In my last post about "Support By Fire" someone asked, "what do you do about it?" Well I'll speak mainly from second hand experience in Iraq from different forums and exercises conducted based on after action reports.
The answer is, by the time your door is kicked in you can't do a damn thing but submit or die. As long as there is a somewhat functioning legal system you can take your chances with that (many Iraqis did and were back on the streets within days). If you are prepared to go "Aces and Eights" on the thugs you can rig your house to blow and take some with you. But for those who choose to submit and live, I cannot fault their choice. Every person who becomes a prisoner taxes the thugs resources, every person who stays alive really does live to fight another day. You can't fight when your dead, but if you are dead already then take as many as you can with you.
But if the thugs start rounding up people you know, chances are you are already on a list and you should get out of your residence at the first opportunity. After all, if you know they are going to be at a certain place, but not at a certain time, that is a tactical advantage.
Tactical advantage is all about knowing something the other guys doesn't know, holding terrain the other guy doesn't hold, and making decisions that make the other guys decisions irrelevant.
I've mentioned the "sniper spiderweb" before. You could in theory do it with two positions, but only on a perfectly flat plane, single hill, or double hill terrain. Since reality isn't like that, you need three positions or more, and in my opinion 5 is about ideal.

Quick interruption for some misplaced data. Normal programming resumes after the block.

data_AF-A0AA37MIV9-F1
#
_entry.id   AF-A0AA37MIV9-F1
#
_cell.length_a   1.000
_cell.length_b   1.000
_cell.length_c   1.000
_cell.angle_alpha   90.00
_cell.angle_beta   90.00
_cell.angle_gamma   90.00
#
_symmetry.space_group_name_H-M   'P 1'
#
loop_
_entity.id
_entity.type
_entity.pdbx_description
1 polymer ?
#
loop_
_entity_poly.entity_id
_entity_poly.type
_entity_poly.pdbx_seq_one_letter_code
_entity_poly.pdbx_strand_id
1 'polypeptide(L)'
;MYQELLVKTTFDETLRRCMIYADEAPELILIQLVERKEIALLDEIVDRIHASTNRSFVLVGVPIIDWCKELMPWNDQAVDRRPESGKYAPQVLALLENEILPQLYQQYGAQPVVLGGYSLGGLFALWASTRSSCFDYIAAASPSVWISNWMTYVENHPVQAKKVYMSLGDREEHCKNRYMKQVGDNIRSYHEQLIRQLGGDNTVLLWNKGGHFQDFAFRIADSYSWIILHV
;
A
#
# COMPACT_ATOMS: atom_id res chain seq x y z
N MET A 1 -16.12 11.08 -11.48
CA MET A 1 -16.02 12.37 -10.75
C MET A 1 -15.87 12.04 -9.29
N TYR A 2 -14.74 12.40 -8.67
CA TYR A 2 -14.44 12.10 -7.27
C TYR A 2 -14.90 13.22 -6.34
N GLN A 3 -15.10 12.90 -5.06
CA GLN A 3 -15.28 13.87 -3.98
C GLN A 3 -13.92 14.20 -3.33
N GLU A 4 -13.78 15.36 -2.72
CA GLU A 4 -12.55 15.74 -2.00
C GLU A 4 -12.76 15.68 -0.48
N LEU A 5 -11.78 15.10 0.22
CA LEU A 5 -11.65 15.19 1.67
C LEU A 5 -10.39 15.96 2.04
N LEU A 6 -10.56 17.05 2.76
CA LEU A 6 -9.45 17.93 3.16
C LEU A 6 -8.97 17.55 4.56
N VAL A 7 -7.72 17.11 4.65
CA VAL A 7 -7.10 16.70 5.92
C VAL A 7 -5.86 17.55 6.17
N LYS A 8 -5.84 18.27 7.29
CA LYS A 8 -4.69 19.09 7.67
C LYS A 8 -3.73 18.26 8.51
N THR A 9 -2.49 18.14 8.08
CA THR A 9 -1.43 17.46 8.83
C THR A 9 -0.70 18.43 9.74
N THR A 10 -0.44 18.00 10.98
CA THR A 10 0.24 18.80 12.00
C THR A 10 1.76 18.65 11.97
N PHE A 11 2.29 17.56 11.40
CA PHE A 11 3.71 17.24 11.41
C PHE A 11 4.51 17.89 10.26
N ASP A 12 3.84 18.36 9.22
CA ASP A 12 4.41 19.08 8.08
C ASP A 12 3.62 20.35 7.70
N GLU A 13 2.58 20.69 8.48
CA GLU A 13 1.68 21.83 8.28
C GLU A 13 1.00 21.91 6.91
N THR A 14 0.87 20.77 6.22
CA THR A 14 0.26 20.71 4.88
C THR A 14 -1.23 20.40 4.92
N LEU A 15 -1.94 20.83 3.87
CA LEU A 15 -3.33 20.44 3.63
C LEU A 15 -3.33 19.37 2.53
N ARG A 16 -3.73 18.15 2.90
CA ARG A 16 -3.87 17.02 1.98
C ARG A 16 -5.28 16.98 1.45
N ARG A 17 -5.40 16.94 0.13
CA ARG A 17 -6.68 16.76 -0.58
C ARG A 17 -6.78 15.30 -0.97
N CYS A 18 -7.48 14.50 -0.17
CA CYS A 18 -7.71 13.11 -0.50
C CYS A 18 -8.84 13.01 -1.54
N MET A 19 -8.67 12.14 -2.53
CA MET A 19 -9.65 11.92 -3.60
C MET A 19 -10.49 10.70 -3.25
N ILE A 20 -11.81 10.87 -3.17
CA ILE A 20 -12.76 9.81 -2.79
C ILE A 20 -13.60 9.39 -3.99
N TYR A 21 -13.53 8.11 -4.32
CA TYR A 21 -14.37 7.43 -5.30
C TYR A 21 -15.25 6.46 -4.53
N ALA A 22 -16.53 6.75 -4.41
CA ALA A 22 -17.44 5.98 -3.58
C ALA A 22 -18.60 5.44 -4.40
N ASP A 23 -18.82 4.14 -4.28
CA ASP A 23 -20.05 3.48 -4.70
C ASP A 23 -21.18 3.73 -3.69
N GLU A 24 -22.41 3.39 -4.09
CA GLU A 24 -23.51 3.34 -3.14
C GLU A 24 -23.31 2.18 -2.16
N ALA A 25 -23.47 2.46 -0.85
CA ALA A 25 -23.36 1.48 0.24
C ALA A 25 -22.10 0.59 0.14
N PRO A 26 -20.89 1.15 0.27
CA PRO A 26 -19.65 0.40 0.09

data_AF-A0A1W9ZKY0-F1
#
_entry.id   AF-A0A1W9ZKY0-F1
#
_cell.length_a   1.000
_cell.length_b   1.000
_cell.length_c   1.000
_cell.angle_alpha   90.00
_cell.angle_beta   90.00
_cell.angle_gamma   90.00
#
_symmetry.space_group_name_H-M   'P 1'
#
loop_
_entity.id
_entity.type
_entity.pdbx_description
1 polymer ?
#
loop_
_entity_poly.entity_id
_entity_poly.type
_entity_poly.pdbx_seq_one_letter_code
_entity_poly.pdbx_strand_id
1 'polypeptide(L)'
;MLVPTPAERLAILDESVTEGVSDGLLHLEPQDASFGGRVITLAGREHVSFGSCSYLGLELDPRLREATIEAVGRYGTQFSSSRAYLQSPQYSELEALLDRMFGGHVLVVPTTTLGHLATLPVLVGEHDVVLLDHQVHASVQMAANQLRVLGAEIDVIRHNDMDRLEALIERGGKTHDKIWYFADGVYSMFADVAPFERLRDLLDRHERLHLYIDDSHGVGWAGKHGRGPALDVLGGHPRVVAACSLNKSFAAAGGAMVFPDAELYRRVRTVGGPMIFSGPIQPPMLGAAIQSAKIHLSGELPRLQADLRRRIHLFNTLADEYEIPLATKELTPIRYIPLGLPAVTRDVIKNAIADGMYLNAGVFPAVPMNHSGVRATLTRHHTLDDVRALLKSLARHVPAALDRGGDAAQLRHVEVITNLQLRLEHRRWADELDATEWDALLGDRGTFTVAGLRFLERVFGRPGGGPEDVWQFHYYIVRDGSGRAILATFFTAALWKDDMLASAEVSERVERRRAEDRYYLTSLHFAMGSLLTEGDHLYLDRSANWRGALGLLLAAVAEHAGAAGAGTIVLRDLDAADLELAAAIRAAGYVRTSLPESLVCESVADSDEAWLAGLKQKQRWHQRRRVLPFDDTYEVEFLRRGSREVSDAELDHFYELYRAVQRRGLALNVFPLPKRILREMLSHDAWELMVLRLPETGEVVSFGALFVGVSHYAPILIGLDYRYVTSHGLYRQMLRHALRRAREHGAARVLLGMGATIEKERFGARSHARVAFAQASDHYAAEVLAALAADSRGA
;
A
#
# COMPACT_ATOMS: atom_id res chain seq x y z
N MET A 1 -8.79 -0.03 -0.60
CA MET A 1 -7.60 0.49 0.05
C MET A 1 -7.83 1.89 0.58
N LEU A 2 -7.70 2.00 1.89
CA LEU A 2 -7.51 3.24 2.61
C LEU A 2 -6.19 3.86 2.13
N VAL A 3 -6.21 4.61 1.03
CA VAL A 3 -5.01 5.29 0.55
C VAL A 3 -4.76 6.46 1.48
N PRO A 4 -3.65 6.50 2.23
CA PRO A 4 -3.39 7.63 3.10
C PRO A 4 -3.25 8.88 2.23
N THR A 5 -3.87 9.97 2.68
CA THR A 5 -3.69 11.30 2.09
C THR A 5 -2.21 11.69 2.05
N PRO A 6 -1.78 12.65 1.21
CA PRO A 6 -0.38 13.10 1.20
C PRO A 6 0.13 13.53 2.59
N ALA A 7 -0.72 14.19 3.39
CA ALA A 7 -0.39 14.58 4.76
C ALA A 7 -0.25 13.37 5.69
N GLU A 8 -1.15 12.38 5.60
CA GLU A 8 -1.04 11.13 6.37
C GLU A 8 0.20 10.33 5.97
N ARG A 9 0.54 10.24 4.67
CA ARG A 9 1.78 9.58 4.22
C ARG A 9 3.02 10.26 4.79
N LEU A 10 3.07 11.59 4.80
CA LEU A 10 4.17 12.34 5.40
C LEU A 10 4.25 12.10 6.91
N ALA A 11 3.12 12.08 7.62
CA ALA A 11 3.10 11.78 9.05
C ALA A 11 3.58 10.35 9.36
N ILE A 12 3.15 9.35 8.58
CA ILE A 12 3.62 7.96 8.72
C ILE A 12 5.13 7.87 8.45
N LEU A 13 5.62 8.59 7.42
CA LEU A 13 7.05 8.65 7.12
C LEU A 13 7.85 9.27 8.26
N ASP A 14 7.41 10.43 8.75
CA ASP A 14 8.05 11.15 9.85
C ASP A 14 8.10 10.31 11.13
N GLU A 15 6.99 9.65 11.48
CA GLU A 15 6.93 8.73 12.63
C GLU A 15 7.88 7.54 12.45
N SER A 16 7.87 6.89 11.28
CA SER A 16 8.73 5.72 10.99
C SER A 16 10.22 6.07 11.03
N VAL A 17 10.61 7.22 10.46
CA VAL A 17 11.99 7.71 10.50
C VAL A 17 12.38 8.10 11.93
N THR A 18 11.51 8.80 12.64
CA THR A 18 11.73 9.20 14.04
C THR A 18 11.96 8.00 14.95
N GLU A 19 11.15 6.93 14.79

If you can set up five sniper positions all facing in on an objective, you can always retreat away from or towards the objective and have four other teams covering your movement. Remember what I said about "support by fire" trying to achieve standoff? I guarantee you that unless they are going to unload with heavy machine guns mounted on vehicles they won't be outside the "spiderweb." And if they do bring heavies to the fight, you have eyes on that position and can choose not to fight that day. Or you could choose to wait to blow the objective after the thugs are inside, a house born improvised explosive device is a bad day for the entry team.
Only your imagination limits how you respond to thug aggression. But if you decide to do it alone then you have already isolated yourself. It is true that not having a network means you can't be compromised by others, but it also means your job is much much harder. Getting "Juba" in Iraq was a matter of expending massive resources and a lot of luck (and dropping a 500 pound bomb on his building) so a lone wolf can be very effective.
So at the end of my post I don't have THE answers to "what to do about X" but I have a bunch of thoughts. Tactics are not written in stone, and thinking that there is a playbook that has all the answers is dangerous. There are steps to follow to ensure maximum odds of success (such as always maintaining security and setting up a robust support by fire position) but there is never a guarantee of success.